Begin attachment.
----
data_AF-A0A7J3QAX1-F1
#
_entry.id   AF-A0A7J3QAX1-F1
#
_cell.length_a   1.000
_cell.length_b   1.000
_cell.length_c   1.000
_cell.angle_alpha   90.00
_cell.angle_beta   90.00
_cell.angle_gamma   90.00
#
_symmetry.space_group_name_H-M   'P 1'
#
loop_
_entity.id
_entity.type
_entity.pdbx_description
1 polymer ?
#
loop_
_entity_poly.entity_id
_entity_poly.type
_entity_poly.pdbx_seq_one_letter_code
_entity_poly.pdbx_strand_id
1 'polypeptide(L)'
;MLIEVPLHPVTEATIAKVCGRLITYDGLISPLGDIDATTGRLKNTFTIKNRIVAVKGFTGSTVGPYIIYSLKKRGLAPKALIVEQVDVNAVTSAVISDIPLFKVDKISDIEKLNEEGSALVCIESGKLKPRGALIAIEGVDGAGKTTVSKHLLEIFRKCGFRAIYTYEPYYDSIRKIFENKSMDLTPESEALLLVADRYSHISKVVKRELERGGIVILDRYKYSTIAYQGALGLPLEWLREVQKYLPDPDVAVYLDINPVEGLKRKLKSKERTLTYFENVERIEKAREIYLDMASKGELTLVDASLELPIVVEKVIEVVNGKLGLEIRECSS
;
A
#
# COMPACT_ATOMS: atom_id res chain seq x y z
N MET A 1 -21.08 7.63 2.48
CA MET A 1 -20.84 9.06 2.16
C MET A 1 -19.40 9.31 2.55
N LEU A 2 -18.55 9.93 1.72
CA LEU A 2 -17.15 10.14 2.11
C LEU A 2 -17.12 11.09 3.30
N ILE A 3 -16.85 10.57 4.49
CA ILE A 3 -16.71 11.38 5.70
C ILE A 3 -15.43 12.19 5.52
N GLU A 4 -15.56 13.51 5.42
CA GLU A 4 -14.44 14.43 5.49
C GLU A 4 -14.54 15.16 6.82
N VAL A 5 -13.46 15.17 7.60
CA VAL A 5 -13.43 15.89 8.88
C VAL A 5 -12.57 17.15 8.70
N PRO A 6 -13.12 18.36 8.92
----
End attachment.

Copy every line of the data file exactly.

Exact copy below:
data_AF-A0A7J3QAX1-F1
#
_entry.id   AF-A0A7J3QAX1-F1
#
_cell.length_a   1.000
_cell.length_b   1.000
_cell.length_c   1.000
_cell.angle_alpha   90.00
_cell.angle_beta   90.00
_cell.angle_gamma   90.00
#
_symmetry.space_group_name_H-M   'P 1'
#
loop_
_entity.id
_entity.type
_entity.pdbx_description
1 polymer ?
#
loop_
_entity_poly.entity_id
_entity_poly.type
_entity_poly.pdbx_seq_one_letter_code
_entity_poly.pdbx_strand_id
1 'polypeptide(L)'
;MLIEVPLHPVTEATIAKVCGRLITYDGLISPLGDIDATTGRLKNTFTIKNRIVAVKGFTGSTVGPYIIYSLKKRGLAPKALIVEQVDVNAVTSAVISDIPLFKVDKISDIEKLNEEGSALVCIESGKLKPRGALIAIEGVDGAGKTTVSKHLLEIFRKCGFRAIYTYEPYYDSIRKIFENKSMDLTPESEALLLVADRYSHISKVVKRELERGGIVILDRYKYSTIAYQGALGLPLEWLREVQKYLPDPDVAVYLDINPVEGLKRKLKSKERTLTYFENVERIEKAREIYLDMASKGELTLVDASLELPIVVEKVIEVVNGKLGLEIRECSS
;
A
#
# COMPACT_ATOMS: atom_id res chain seq x y z
N MET A 1 -21.08 7.63 2.48
CA MET A 1 -20.84 9.06 2.16
C MET A 1 -19.40 9.31 2.55
N LEU A 2 -18.55 9.93 1.72
CA LEU A 2 -17.15 10.14 2.11
C LEU A 2 -17.12 11.09 3.30
N ILE A 3 -16.85 10.57 4.49
CA ILE A 3 -16.71 11.38 5.70
C ILE A 3 -15.43 12.19 5.52
N GLU A 4 -15.56 13.51 5.42
CA GLU A 4 -14.44 14.43 5.49
C GLU A 4 -14.54 15.16 6.82
N VAL A 5 -13.46 15.17 7.60
CA VAL A 5 -13.43 15.89 8.88
C VAL A 5 -12.57 17.15 8.70
N PRO A 6 -13.12 18.36 8.92